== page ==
The Charter Building has been shortlisted for a London Construction Award in the ‘Regeneration Project of the Year’ category and has been featured in the BBC drama ‘The Bodyguard’, watched by over 11 million viewers, as the interior of the Home Office.

London Build London Construction Award Awards Charter Building Interior Regeneration Project Finalist


Home Office or Innovative Workplace? Apparently Both…

Compared to what it used to be, The Charter Building is almost completely unrecognisable, transformed from a shell into a vibrant, lively, creative space that attracts forward-thinking tenants, inspirational coworking providers and even film crews. The Charter Building attracts dynamism; whether that’s hosting stimulating business workshops on digital media, sustainable growth, women’s business empowerment or acting as a contemporary networking space for companies such as LinkedIn and Google. It has even been used as a film set for the recent BBC drama ‘The Bodyguard’ for the setting of the Home Office. The space is inviting, there’s no denying that.


The Charter Building BBC drama The Bodyguard interior design Home Office London Construction Award Awards
The Charter Building featuring in BBC drama ‘The Bodyguard’ as the interior of the Home Office.


How did dn-a approach the design of this regeneration project?

The original building, once the UK headquarters for Coca Cola, was completely stripped back to its structural frame. The floorplates were extended, a new community atrium and penthouse floor, with access to a dramatic roof terrace, were created, expanding the net lettable area by approximately 8,000sqm. Creating visual interest and spaces for community interaction was at the heart of the design approach. An internal “Street” that cuts a swathe through the North/South axis of the building acts as an animated breakout area and social hub, encouraging serendipitous encounters, where occupiers can meet clients, brainstorm with colleagues over a coffee, or simply refocus outside of their office environment. The use of natural materials, the intriguing design elements — including a five-storey atrium with coloured timber boxes “popping out” at different levels — through to the warm, intimate areas make this space truly an innovative and exciting place to work in.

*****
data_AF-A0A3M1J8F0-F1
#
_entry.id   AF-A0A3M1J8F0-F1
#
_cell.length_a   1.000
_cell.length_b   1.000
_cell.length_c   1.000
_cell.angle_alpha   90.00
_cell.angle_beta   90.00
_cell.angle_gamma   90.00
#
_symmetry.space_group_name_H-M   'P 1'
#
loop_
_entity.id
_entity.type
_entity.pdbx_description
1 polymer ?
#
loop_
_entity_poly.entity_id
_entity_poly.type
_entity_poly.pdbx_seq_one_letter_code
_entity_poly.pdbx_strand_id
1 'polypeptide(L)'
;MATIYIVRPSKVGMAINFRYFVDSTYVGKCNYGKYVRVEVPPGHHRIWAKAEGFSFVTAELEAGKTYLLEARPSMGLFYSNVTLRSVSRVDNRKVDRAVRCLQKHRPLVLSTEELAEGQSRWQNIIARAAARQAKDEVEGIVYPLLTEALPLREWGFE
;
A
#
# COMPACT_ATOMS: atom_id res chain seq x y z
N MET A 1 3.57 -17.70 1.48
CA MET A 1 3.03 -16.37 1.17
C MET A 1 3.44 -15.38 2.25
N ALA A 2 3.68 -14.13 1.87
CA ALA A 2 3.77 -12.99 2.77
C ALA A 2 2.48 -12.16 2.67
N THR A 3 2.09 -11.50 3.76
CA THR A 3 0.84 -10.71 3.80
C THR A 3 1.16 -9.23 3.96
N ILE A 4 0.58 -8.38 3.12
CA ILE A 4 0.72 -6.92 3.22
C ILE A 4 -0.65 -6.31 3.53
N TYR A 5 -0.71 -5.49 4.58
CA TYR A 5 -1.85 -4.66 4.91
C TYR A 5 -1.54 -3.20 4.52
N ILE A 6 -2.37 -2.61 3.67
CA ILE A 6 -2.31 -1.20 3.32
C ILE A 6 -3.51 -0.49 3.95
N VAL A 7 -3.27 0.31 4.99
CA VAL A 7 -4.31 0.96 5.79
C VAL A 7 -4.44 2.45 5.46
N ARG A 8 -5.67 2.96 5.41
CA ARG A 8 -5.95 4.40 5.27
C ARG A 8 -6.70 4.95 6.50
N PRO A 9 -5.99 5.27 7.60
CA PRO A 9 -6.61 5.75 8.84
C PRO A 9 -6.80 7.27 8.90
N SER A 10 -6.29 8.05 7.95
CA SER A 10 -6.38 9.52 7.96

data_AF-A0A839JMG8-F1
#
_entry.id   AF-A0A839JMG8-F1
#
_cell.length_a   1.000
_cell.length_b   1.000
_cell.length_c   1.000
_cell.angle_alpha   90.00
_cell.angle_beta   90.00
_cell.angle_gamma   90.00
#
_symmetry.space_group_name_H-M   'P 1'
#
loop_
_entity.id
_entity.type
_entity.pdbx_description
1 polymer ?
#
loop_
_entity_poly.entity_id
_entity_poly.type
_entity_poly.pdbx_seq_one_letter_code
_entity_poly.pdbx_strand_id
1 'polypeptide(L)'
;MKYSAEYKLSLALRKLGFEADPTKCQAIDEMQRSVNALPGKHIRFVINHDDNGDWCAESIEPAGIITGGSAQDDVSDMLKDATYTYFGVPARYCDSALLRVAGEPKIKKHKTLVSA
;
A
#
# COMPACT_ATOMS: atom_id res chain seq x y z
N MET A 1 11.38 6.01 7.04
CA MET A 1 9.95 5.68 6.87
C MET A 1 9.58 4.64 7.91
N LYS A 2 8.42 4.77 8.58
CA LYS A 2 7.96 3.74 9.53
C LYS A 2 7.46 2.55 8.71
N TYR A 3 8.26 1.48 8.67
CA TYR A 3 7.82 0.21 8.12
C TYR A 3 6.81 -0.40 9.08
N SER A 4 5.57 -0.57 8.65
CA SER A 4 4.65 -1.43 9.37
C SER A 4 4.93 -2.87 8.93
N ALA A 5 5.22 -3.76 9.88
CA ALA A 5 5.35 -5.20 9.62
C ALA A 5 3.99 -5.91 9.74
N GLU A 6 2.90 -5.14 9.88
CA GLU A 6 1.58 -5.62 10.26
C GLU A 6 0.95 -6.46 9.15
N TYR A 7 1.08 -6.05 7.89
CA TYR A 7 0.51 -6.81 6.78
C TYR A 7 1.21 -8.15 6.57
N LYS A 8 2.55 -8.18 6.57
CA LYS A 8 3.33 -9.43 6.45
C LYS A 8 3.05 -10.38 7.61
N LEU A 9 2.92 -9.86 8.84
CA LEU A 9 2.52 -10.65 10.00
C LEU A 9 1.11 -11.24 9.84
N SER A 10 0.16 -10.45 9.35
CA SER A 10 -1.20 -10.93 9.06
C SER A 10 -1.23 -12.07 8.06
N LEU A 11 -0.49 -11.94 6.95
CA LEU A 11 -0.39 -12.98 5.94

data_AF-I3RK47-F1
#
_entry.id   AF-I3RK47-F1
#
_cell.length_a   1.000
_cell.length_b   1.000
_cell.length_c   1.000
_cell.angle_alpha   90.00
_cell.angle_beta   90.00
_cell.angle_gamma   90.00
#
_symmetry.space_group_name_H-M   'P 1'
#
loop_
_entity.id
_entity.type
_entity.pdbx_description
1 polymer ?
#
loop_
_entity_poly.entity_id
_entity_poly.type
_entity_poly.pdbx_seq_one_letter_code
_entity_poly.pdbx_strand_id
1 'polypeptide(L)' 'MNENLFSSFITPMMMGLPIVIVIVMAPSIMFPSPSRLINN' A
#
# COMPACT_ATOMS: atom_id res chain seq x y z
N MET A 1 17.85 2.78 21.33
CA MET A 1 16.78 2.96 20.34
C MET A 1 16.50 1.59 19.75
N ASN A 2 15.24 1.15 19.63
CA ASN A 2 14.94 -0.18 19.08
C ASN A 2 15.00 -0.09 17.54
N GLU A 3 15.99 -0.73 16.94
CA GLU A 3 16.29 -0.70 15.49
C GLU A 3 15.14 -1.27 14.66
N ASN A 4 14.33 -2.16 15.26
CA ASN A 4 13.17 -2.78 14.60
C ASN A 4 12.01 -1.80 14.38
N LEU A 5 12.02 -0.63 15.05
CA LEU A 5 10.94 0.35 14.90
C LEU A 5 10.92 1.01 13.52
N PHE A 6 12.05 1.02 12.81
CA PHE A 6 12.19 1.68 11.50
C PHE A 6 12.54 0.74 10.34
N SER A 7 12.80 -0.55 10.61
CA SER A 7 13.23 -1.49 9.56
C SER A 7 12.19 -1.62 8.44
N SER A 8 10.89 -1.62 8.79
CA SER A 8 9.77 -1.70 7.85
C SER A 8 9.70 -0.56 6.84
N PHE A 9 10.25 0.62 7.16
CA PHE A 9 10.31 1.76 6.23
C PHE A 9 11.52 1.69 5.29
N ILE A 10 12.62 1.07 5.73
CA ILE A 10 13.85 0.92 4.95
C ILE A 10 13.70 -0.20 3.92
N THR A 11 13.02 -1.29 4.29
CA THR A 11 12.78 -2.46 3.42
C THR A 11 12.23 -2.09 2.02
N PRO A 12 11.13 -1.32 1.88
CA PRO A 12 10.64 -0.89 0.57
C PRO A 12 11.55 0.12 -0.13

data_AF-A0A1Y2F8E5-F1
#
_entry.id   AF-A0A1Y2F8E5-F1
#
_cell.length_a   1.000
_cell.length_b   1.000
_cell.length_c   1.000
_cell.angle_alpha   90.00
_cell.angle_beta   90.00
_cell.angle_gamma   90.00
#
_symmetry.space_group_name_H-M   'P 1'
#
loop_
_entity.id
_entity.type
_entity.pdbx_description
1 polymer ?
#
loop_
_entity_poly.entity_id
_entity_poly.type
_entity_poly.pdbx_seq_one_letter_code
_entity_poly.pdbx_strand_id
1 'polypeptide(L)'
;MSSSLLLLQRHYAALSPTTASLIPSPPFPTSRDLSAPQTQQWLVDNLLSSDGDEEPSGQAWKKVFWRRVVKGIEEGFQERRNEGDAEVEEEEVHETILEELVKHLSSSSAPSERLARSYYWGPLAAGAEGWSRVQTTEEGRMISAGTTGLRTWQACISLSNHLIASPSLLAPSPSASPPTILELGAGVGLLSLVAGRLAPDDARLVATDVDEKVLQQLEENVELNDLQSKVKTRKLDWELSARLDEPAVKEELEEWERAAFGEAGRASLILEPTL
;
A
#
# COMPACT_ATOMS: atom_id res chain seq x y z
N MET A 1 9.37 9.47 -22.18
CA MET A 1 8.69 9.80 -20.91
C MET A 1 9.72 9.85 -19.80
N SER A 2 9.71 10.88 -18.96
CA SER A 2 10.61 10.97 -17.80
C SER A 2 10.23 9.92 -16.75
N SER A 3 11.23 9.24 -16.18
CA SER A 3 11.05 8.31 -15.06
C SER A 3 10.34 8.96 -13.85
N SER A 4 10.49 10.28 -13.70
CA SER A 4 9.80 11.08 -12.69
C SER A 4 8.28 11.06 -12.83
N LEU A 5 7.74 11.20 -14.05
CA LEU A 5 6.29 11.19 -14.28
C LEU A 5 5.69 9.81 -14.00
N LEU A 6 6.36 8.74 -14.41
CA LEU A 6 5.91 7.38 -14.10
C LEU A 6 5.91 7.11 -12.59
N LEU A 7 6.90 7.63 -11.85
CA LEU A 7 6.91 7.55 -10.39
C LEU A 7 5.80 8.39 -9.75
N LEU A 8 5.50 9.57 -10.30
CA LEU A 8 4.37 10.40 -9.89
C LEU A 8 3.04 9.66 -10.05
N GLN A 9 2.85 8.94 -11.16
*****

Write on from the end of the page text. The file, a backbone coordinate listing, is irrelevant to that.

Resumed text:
What makes this project worthy of winning a London Construction Award?

So why does The Charter Building deserve to win? Not only for the end result, it truly is a fantastic space to experience, but also for the incredibly collaborative nature of the project. We worked very closely with our clients Landid Property and Brockton Capital to ensure The Charter Building became the inspired workspace that we know today. As a studio we have undertaken many regeneration projects, including the RIBA Award winning Thames Tower in Reading, as we really enjoy the challenge of unlocking the potential of a space that is crying out for rejuvenation. At dn-a we relish the opportunity of transforming a building into a place within which people want to be, work and enjoy life. The Charter Building is no different. The interiors are crafted with a warm, convivial touch which has transformed the previous office building into a space tenants and users want to engage with. Renovated into a piece of interactive art, with co-working areas, bespoke furniture and carefully placed biophilic elements, such as olive trees in “The Street”, The Charter Building truly stands out.

It offers something contemporary, something exciting for tenants looking to locate to a prime location. But more than that it offers an intricately, beautifully designed space, a space for people to connect and collaborate within, a space to host events and enjoy a perfect work-life balance. Being shortlisted for a London Construction Award is of prime importance to us as The Charter Building deserves to receive recognition for what it has achieved. A truly inventive and imaginative regeneration project that has dramatically changed what was before into something truly dynamic, distinctive and stimulating.

A condensed version of this blog piece first featured in the London Build Expo‘s 2018 news blog.